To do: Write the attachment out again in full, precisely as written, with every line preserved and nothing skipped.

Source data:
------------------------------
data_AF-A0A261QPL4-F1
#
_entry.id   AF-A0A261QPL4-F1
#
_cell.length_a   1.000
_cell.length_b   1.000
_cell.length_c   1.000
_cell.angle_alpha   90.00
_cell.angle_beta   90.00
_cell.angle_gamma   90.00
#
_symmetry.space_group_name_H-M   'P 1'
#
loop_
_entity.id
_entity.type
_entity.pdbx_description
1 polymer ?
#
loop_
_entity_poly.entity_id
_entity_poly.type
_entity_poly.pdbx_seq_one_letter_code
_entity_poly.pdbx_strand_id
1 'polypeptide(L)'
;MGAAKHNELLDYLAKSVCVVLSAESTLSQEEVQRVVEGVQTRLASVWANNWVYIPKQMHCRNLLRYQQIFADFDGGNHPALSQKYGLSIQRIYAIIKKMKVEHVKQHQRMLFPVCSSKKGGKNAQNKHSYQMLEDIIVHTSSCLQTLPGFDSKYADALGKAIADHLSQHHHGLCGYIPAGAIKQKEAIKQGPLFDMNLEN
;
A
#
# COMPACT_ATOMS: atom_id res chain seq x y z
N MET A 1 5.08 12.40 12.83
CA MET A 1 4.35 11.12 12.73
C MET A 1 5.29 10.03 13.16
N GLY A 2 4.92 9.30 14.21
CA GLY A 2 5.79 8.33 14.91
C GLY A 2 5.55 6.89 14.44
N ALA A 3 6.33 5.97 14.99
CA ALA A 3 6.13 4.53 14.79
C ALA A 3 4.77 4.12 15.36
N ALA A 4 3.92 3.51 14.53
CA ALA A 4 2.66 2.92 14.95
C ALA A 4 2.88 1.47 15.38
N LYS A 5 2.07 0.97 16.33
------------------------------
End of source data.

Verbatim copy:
data_AF-A0A261QPL4-F1
#
_entry.id   AF-A0A261QPL4-F1
#
_cell.length_a   1.000
_cell.length_b   1.000
_cell.length_c   1.000
_cell.angle_alpha   90.00
_cell.angle_beta   90.00
_cell.angle_gamma   90.00
#
_symmetry.space_group_name_H-M   'P 1'
#
loop_
_entity.id
_entity.type
_entity.pdbx_description
1 polymer ?
#
loop_
_entity_poly.entity_id
_entity_poly.type
_entity_poly.pdbx_seq_one_letter_code
_entity_poly.pdbx_strand_id
1 'polypeptide(L)'
;MGAAKHNELLDYLAKSVCVVLSAESTLSQEEVQRVVEGVQTRLASVWANNWVYIPKQMHCRNLLRYQQIFADFDGGNHPALSQKYGLSIQRIYAIIKKMKVEHVKQHQRMLFPVCSSKKGGKNAQNKHSYQMLEDIIVHTSSCLQTLPGFDSKYADALGKAIADHLSQHHHGLCGYIPAGAIKQKEAIKQGPLFDMNLEN
;
A
#
# COMPACT_ATOMS: atom_id res chain seq x y z
N MET A 1 5.08 12.40 12.83
CA MET A 1 4.35 11.12 12.73
C MET A 1 5.29 10.03 13.16
N GLY A 2 4.92 9.30 14.21
CA GLY A 2 5.79 8.33 14.91
C GLY A 2 5.55 6.89 14.44
N ALA A 3 6.33 5.97 14.99
CA ALA A 3 6.13 4.53 14.79
C ALA A 3 4.77 4.12 15.36
N ALA A 4 3.92 3.51 14.53
CA ALA A 4 2.66 2.92 14.95
C ALA A 4 2.88 1.47 15.38
N LYS A 5 2.07 0.97 16.33